The G20 Is Over And Australia Definitely Came Last
Let's discuss what went wrong, shall we?
Didn’t the other world leaders get the memo? The tiny, one-paragraph-in-a-communiqué memo? Climate change was not to be discussed at this G20. That really blew up in Australia’s face didn’t it?
Embarrassingly, Australia wasn’t visited by a bunch of collegial caveshits who have wet dreams about French-kissing a burning fossil, but was instead swarmed by world leaders determined, at any opportunity, to mention climate change. It just dragged on and on: Australia’s international humiliation. It was utterly painful. Couldn’t they have got it over and done with quickly? Rip off the bandaid?
Imagine: Obama, Merkel, Cameron, and Jinping could have stepped off the plane, found Abbott gagged and tied to a pillar, and then ceremoniously encircled him, shouting “Climate change climate change climate change climate change climate change” for 5 minutes. That done, they could have just gotten back to rubbing money on one another’s groins in true G20 fashion, while George Brandis cheered from the sidelines (presumably in a series of racial slurs).
Tried to watch the Abbott #G20 speech but my eyes shriveled up and exploded in embarrassment.
— Alison Croggon (@alisoncroggon) November 15, 2014
But they didn’t opt for that idea I just had. Instead what unfolded was the snail-paced mortification of an entire nation, as country after country did the common sense thing and acknowledged the biggest issue that’s ever faced humanity, while Abbott was sewing together coal cuddly toys and wearing a chimney costume, or something. The blows came from all directions.
David Cameron – who has a face specifically designed for the purpose of supporting rampant capitalism – surprisingly stuck up for the environment, getting all passive-aggressive on Australia by saying that action needs to come from “Countries that have so far done the least”. As in “Australia, take the carbon crack pipe out of your soot hole and sort your shit out.”
France also raised the stakes over the weekend, with president Francois Hollande saying that inaction on climate change “could lead to catastrophe, if not war”. Now, no-one has run the figures on this yet, but I imagine the one thing that’s better for humanity than coal is not-war. Not-war is really, really good for humanity. I mean, I’m sure coal’s brilliant – it certainly did a lot for the pocket money of infant chimney sweeps in Dickensian England – but however fucking heroin-awesome coal is, I assure you that not-war is at least seven times better than that.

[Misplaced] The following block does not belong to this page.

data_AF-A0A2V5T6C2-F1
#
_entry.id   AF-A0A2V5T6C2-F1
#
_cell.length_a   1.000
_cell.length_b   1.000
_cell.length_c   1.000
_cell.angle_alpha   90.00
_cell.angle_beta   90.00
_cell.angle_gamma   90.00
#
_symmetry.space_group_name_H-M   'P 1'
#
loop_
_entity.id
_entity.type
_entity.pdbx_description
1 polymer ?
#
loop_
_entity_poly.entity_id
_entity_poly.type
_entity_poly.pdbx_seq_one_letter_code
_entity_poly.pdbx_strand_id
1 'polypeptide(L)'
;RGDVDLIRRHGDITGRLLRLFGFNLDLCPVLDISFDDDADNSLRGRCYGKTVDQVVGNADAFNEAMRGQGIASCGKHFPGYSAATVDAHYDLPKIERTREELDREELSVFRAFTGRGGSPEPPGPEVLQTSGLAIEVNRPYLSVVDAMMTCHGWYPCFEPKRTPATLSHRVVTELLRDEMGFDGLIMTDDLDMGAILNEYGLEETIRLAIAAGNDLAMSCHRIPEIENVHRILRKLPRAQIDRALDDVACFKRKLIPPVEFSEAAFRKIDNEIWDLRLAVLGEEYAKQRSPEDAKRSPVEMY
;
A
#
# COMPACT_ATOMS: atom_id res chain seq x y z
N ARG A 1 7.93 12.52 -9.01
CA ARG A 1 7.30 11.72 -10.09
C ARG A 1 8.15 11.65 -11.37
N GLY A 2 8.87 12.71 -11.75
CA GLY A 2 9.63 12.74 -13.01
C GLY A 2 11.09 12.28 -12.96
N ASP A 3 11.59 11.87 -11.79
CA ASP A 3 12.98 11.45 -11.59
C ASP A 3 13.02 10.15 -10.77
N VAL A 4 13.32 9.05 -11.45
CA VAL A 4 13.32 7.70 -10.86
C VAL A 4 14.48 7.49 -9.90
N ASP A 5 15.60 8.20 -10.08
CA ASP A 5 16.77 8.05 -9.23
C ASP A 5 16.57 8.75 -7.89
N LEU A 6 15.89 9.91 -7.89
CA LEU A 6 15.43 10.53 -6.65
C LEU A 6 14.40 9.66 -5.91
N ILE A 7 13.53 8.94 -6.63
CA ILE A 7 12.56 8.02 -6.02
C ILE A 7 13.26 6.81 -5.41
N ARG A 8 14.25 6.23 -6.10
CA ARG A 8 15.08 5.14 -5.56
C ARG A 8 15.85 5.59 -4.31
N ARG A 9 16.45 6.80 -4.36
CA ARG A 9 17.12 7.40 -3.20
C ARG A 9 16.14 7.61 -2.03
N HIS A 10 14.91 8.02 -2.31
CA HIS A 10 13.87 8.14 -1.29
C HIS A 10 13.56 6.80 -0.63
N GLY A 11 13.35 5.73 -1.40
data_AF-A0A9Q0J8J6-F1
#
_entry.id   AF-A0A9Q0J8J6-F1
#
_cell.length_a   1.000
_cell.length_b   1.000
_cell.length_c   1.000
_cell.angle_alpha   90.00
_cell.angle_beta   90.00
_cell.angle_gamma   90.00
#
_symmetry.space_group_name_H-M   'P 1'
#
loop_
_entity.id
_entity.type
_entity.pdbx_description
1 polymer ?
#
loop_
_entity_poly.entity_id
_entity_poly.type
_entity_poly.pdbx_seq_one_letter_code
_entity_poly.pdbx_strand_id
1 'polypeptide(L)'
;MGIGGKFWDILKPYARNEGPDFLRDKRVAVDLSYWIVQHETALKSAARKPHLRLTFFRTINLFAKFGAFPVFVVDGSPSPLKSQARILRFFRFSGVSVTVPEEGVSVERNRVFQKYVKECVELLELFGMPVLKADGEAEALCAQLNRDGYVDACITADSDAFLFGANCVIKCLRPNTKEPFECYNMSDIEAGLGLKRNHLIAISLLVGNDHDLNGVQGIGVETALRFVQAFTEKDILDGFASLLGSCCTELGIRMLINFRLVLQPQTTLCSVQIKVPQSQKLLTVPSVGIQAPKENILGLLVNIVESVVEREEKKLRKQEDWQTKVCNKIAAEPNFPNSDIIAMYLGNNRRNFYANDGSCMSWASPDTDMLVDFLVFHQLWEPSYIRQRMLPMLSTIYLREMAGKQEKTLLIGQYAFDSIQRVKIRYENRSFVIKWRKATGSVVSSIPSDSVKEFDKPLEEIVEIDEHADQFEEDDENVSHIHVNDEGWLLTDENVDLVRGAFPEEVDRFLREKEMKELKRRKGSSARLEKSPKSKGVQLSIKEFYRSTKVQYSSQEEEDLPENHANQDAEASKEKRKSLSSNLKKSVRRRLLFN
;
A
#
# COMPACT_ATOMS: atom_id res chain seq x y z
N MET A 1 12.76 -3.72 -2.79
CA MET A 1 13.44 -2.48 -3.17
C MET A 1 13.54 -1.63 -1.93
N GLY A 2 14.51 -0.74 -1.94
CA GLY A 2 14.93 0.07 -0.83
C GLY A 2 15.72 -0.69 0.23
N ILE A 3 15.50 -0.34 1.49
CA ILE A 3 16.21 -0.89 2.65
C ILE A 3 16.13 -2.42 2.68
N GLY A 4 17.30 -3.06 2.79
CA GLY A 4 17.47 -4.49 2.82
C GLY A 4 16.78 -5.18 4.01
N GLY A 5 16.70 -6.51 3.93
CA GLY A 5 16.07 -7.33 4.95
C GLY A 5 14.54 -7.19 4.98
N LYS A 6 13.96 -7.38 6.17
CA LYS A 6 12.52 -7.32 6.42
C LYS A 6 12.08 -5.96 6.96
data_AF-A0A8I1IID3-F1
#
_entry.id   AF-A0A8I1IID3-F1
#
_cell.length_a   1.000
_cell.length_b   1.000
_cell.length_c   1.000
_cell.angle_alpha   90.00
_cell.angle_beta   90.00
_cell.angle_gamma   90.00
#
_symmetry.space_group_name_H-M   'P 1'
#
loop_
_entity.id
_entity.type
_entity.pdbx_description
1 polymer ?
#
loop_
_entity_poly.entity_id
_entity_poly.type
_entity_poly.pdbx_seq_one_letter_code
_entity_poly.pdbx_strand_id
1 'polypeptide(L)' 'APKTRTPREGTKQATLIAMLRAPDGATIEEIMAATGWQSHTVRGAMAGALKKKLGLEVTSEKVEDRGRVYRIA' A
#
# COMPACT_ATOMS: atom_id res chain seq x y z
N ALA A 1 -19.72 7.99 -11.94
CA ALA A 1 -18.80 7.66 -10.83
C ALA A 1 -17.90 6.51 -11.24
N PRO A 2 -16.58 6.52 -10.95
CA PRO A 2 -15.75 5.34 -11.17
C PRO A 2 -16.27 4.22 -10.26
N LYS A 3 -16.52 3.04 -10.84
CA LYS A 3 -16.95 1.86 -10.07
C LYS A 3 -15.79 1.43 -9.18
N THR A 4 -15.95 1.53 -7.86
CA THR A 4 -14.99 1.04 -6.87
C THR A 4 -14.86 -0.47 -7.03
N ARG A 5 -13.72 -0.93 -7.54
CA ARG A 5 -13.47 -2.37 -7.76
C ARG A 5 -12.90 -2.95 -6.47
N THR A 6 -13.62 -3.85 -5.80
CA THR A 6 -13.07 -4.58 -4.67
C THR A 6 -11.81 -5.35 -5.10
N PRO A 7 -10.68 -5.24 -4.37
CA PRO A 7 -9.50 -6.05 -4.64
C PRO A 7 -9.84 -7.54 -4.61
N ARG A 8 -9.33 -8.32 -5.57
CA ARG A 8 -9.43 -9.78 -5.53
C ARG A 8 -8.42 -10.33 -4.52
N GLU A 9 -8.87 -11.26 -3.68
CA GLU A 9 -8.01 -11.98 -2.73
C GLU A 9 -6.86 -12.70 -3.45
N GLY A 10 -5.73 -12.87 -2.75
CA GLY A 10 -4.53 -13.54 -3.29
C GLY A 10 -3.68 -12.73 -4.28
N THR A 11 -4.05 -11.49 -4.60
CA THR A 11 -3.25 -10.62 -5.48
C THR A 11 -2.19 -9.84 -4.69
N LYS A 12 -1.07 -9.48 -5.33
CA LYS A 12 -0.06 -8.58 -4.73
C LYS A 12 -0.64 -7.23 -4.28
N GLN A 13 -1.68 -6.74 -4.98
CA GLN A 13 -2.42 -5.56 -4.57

Tone handing out free coal to poor people. Presumably in sacks. In December. #G20Brisbane
— Tim Norton (@norton_tim) November 16, 2014
The biggest blows came from the US. Obama arrived in Australia fresh from a deal struck with China on reducing and capping emissions. The only thing that could have sucked the wind out of Abbott’s dreams for an environment-free G20 more would have been Mother Nature herself landing in Australia on a giant Sky Dolphin before shitting moss into a coal mine. Worse still, Obama followed up the deal saying nations need to “look squarely at the science” on climate change. A bit awkward, as most of the “science” on climate change in Australia is currently queueing at Centrelink, or being refuted on national television by Andrew Bolt with some “evidence” that he found on an Etch-A-Sketch.
Abbott's week of foreign policy triumph: shirked the shirtfront, got blindsided by Obama and got humiliated by the G20 on climate change.
— Bernard Keane (@BernardKeane) November 16, 2014
By this point Australia’s international reputation was in a worse state than Joe Pesci at the end of the film, Casino. And then, with Australia half-dead (spoiler alert) and lying in a shallow grave of fossil fuel worship, while sporting the bludgeoned Y-Fronts of science denial (this still totally tracks with Casino by the way), Canada came along and started shovelling dirt on Australia’s face (second spoiler alert: “Australia” gets buried alive at the end of Casino).
Canada, one of Abbott’s few allies, has just announced that it’s considering contributing to the Green Climate Fund, along with the US ($US3bn), Japan ($US1.5bn), and Germany ($US1bn), meaning Australia’s environmental failure at the G20 is now complete: not only are we not doing anything at all, but we can’t even be bothered to throw some guilt coins at the countries we’ll be affecting with our unconscionable laziness.
Abbott justified Australia’s lack of contribution to the Fund by pointing at our Direct Action plan – a policy designed by throwing a lump of coal at some scrabble letters – and the “green bank” he’s currently trying to destroy. I hope no homeless person ever encounters Tony Abbott: he’d probably fart in their upturned hat before violently throwing his own money down a drain.
All in all, it’s been an utter disaster and an embarrassment. But could it ever have been anything less when we deliberately tried to set the bar so morally low? One paragraph in a communiqué to deal with the largest issue of our times? You might as well try to cure AIDS with an emoticon.
Abbott doesn’t see it that way though. Closing the G20, the Prime Minister pointed to the economic benefits of the conference, to the growth it will lead to. A mad man, standing in front of a towering inferno, refusing to call the fire brigade as he proudly announces his intention to build an extra floor.